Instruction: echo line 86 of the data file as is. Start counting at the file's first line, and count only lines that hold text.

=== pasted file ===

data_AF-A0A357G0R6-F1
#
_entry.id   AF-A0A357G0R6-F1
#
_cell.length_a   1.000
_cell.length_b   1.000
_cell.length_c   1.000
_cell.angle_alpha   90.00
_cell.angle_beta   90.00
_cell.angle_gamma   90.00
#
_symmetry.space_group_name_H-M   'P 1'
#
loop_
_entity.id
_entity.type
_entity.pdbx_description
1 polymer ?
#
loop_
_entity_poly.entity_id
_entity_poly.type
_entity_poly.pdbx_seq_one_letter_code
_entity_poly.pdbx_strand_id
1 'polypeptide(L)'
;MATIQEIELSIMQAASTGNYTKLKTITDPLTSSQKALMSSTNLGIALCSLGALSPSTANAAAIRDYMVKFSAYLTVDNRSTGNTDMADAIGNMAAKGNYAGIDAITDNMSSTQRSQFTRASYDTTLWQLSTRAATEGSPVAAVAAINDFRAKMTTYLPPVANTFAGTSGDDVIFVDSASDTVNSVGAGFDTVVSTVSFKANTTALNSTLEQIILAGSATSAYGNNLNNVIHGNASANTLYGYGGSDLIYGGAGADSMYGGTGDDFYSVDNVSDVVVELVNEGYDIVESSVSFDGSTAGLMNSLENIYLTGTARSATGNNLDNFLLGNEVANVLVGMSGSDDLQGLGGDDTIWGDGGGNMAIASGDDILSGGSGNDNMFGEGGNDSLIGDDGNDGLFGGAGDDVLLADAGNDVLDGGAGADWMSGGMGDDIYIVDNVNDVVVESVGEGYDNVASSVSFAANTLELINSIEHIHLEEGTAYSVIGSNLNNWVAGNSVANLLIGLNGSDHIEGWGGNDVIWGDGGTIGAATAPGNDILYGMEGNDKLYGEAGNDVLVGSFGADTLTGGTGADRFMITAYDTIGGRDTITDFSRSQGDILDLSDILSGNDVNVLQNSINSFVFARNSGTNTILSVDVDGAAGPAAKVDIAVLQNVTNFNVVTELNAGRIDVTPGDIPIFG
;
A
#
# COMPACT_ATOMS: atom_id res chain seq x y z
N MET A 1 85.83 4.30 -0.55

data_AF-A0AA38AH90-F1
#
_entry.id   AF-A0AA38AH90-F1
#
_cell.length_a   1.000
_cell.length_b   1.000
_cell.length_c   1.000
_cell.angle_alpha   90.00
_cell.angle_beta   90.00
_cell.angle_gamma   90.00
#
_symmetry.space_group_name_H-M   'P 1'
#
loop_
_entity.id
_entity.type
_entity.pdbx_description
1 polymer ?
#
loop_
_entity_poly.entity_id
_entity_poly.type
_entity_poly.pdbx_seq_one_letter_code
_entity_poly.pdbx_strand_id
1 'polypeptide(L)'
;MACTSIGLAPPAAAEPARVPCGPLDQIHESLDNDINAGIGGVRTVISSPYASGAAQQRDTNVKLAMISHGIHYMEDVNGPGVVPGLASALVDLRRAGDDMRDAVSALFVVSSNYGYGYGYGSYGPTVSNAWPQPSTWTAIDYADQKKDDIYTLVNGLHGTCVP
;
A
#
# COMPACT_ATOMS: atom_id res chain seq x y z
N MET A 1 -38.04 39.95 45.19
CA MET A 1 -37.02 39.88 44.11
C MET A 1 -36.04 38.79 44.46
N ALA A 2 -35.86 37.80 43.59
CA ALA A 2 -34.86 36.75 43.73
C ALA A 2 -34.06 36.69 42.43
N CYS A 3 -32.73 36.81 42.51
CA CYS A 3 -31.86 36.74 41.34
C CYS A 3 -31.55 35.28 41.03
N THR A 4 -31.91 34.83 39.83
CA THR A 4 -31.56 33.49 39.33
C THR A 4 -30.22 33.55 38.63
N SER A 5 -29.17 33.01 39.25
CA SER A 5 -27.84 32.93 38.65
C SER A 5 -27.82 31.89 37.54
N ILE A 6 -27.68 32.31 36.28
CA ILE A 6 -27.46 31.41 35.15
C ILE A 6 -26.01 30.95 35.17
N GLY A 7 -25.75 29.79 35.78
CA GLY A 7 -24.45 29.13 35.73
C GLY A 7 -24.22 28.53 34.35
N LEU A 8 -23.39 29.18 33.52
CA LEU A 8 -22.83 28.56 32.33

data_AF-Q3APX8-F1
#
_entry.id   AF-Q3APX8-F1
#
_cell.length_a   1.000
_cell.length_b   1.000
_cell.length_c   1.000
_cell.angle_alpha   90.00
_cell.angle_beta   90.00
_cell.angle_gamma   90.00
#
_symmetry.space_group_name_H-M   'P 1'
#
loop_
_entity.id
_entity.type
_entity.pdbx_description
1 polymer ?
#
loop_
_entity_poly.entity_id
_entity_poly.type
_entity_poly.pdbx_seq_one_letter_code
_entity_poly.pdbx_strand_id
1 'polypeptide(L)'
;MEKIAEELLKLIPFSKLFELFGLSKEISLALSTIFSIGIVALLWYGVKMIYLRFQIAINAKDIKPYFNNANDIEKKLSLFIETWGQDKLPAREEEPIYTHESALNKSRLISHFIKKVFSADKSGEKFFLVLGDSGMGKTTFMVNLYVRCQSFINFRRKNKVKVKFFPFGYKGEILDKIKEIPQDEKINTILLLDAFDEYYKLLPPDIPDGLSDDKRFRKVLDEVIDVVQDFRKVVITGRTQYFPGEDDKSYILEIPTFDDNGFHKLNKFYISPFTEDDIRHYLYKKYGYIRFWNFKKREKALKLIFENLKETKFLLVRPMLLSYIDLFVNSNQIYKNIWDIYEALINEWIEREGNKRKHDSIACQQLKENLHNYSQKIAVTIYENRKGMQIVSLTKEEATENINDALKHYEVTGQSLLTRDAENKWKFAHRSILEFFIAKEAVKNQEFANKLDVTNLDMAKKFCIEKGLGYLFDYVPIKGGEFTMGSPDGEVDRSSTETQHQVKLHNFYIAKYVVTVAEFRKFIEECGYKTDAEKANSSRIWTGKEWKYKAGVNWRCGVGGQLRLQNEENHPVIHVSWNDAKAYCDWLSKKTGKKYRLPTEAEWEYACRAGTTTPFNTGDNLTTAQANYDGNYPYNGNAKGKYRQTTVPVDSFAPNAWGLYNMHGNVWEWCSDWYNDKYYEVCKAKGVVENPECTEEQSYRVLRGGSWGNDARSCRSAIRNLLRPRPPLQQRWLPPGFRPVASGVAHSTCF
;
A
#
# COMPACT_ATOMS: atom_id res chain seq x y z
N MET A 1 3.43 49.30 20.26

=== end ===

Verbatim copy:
#